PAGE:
ALBUM REVIEW: Usnea – Bathed In Light


It really is a renaissance time for heavy, melodic experimental doom fans with The Exuviae Of Gods series from Mournful Congregation, the cathartic Katatonia-indebted Mother of Graves making significant waves and now the first album from Portland’s beloved Usnea in over half a decade. A band rooted in care-for-others and awareness of their place in the cosmos making some of the most expansive and also acerbic doom around? What’s not to love?


Recorded and Engineered by Greg Wilkinson at Earhammer Studios in Oakland, the album is the best sounding yet from this dishevelled crew of admirable true believers, a testament that blackened, funeral and atmospheric influences are not the property of the alt-right and are properly wielded to make society more equitable and loving.


Bathed In Light is worth the wait and is both a triumph for the activism-minded band and Translation Loss Records. From the mesmeric and huge cover art that comes back patch worthy right out of the gate, to the massive guitars and synth textures paired with demonic vocal gurgles and writhing cries, this feels like a deep dive into leapfrogging personal and parasocial hells and sticking the landing.


Did I also mention the drums on the title track sound like crumbling pillars?

To be real, this year I have been way more enticed by albums by open-minded anti-pop artists like Kesha or Fever Ray making transgressive statements against caste systems in society. It has felt more immediate and has been speaking to me more than regurgitated death metal tropes and stylistic back-slapping, of late. Usnea’s return is a thrill for me because while they tick off many metal boxes, they are rooted in the punk and alternative sense of boundary-pushing and immediacy that we sorely need to emphasize in the scene right now. It makes me want to fucking hug them.


‘The Compleated Sage’ explodes like a forgotten older Enslaved song filtered through North West seasonal depression, fucking outstanding. ‘To The Deathless’ feels like an ode to never giving up on your dreams and starts out with calming synth that could be a Zombi song with Nine Inch Nails interlude aspirations, before waves of the bleakest and most gorgeous doom on the album crash down like a Tsunami or like a body involuntarily shitting and losing all fluids as it dies in a flash of life before the dimming eyes. But the soul flies on.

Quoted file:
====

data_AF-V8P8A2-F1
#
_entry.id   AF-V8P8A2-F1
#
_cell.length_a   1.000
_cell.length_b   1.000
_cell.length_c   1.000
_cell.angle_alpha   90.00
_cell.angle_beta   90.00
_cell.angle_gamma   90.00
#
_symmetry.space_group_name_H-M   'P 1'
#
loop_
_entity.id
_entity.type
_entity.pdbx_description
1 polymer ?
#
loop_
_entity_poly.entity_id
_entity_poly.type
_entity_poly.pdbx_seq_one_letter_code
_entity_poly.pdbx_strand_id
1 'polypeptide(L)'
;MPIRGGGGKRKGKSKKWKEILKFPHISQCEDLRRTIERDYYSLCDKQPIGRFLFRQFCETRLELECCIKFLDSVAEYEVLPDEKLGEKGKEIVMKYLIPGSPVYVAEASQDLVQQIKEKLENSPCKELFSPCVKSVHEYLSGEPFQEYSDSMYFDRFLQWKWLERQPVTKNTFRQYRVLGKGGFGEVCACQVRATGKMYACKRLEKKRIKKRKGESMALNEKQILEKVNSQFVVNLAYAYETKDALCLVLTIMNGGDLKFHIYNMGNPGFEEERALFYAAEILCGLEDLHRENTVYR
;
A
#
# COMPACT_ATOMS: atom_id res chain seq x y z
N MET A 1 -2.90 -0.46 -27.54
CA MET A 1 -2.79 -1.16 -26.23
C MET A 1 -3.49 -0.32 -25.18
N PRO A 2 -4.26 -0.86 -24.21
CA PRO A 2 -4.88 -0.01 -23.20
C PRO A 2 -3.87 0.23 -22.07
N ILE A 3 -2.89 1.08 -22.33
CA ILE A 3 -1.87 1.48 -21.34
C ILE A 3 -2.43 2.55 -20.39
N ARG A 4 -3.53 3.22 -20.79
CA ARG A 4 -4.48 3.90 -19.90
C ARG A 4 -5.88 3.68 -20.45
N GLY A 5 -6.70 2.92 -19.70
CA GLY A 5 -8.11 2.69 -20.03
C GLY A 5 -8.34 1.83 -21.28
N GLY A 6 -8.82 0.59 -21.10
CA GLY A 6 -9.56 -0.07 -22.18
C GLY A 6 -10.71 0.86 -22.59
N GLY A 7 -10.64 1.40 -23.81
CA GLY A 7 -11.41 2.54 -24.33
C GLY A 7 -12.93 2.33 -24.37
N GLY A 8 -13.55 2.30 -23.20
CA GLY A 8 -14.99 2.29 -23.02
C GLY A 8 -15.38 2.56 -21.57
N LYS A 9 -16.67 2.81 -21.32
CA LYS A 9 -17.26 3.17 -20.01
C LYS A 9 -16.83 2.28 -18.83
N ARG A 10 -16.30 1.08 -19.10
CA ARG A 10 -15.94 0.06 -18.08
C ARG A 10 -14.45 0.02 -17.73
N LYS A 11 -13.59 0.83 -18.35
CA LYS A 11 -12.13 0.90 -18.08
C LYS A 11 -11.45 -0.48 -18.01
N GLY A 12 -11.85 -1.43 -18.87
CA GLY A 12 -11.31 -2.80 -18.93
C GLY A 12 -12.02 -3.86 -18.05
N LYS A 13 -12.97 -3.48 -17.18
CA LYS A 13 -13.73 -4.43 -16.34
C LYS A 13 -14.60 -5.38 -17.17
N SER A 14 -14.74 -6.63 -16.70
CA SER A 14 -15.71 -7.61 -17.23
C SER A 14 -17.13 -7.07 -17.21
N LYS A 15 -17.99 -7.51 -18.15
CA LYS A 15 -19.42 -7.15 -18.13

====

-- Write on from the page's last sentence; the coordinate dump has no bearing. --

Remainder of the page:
‘From Soot And Pyre’ has some of the best vocal work on the album, from brutal death metal lows to Pallbearer-worthy melodic urging. As I write this, the band are preparing for a show with Conan and Thra in Portland tonight and just knowing that is happening is igniting my metal is in good hands chakras to a warm, hazy glow. Sometimes even the most fervent music genre addicts need to feel our faith rekindled amidst an endless torrent of things that dull our senses. Even as I believe in droid rights (when it comes to Star Wars characters), Bathed In Light is the essence of why AI art can never replicate the soul of human touch that stirs within the sociology behind real record making. The feel and heart in the beautiful and spare intro to ‘Premeditatio Malorum’ is a prime example.


‘Uncanny Valley’ ends things out with an anthemic, slow-build confidence. Fans of Red Sparowes or Earth will vibe to this one initially, as well as weird monkish lonely people. The song eventually erupts into something that almost sounds like Temple of Baal took Ayahuasca. The six songs on this album are also unafraid to expand and take their time to make a statement. While I love the explosion of minute long, regionally unique hardcore bands right now on the West Coast stealing the thunder of the same old red pilled boomer New York Haadcoaah goons, it also is nice to see an underground band like Usnea not simply writing the shortest shit possible for Spotify streams.


All in all, a really strong and satisfying return to stir the inner call to be authentic.

Buy the album here:

9 / 10